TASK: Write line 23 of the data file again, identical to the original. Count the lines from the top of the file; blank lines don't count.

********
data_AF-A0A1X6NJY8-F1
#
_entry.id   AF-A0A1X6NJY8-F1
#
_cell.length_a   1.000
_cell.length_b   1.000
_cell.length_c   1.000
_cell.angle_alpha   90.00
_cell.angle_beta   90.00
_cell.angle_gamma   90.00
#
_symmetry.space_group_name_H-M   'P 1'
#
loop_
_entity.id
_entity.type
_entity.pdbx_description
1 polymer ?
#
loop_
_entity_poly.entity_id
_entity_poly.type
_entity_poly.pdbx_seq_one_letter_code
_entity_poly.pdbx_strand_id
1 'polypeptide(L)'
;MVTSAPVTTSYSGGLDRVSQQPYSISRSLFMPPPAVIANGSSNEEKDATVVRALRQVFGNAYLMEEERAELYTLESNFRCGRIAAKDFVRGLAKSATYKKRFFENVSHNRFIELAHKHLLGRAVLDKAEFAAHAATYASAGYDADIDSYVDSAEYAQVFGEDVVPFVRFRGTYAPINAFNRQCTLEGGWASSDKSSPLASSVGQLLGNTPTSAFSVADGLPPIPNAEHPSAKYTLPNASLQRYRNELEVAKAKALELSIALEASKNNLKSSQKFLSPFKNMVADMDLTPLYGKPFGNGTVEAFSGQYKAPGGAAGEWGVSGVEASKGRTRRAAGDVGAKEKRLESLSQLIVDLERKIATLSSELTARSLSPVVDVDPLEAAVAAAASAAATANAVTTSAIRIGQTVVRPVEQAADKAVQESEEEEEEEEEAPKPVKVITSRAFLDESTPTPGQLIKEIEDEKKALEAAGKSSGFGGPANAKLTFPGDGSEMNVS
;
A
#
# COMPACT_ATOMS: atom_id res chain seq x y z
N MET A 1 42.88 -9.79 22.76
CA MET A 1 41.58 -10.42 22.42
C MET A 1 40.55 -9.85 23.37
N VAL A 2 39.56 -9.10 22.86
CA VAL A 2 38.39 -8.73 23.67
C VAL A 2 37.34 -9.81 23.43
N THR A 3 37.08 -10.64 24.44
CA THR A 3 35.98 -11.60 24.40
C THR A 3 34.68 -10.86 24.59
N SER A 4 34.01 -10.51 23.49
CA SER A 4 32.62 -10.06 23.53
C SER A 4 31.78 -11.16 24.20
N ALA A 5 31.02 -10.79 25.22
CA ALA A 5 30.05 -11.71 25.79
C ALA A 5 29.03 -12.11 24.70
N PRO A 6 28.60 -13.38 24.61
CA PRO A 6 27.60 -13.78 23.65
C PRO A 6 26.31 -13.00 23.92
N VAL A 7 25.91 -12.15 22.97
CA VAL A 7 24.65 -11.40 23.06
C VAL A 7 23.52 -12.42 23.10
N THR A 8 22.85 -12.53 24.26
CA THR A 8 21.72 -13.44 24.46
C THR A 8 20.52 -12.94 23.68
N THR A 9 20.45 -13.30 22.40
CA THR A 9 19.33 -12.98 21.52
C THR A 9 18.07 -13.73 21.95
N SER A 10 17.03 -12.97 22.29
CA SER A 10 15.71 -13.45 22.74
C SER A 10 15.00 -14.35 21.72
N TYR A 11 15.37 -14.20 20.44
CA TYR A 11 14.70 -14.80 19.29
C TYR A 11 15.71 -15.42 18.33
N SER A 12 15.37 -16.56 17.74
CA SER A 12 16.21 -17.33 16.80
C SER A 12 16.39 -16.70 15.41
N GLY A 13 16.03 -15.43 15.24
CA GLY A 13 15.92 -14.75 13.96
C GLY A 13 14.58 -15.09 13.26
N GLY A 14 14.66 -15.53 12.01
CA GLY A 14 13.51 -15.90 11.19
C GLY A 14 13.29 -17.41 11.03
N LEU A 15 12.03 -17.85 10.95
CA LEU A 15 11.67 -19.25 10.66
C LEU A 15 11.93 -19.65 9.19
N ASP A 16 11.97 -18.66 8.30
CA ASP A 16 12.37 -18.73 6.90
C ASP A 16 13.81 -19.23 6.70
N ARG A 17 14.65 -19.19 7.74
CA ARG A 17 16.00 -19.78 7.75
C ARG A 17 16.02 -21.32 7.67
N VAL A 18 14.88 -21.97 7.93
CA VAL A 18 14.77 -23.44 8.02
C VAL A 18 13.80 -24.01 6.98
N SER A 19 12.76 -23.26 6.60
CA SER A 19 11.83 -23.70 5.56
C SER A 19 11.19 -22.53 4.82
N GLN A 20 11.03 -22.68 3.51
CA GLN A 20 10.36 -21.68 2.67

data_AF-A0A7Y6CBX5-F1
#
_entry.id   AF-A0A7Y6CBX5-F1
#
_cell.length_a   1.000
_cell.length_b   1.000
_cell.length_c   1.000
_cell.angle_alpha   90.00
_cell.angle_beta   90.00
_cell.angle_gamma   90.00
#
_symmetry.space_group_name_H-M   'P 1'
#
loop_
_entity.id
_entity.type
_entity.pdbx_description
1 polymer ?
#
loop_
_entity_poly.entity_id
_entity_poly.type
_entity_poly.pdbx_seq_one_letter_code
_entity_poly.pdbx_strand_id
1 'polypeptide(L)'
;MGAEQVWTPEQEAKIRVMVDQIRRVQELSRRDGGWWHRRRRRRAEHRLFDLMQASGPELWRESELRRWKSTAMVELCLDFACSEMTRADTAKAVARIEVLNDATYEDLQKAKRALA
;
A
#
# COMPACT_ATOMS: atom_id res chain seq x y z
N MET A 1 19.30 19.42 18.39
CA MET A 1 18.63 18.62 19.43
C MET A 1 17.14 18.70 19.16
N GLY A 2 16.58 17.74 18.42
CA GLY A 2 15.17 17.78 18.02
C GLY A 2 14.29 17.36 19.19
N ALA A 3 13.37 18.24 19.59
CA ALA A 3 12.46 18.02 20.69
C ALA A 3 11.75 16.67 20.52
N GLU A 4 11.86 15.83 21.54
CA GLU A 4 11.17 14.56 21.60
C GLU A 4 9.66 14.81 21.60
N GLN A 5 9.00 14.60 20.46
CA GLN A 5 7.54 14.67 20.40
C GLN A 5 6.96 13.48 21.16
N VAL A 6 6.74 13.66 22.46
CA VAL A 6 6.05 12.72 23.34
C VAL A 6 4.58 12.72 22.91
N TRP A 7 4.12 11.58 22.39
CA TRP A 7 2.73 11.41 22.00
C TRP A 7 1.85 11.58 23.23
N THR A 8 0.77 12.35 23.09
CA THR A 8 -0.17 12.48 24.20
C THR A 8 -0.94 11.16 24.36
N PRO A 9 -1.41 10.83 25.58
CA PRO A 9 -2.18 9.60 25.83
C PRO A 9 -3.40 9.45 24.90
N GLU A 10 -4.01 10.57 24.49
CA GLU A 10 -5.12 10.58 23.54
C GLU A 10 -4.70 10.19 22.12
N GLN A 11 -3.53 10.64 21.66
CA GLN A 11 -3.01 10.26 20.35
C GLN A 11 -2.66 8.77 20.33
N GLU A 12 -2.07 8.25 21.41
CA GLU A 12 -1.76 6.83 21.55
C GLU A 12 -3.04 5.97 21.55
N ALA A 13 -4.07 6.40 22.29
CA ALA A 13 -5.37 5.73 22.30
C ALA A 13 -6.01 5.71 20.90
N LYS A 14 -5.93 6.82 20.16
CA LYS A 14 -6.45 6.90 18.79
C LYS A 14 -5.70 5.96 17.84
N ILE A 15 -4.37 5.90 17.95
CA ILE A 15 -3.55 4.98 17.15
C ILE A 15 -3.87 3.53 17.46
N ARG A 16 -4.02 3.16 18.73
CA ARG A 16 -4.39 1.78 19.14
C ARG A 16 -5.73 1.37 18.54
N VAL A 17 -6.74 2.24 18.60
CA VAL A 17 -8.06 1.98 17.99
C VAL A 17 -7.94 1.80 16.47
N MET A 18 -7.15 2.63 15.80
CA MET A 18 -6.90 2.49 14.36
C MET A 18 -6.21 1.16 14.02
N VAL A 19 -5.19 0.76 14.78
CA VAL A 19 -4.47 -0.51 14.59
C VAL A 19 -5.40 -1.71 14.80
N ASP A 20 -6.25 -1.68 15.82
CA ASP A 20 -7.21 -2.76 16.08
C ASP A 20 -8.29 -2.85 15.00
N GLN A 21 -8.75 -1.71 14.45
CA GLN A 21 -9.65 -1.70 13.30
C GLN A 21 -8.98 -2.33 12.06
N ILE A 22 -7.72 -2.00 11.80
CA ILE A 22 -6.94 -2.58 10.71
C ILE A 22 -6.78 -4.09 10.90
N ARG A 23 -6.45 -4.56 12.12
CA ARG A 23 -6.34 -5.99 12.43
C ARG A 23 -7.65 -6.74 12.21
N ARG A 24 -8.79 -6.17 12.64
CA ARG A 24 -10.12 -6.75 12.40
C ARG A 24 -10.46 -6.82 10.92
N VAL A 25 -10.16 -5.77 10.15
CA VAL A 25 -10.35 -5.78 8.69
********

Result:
_entity_poly.pdbx_seq_one_letter_code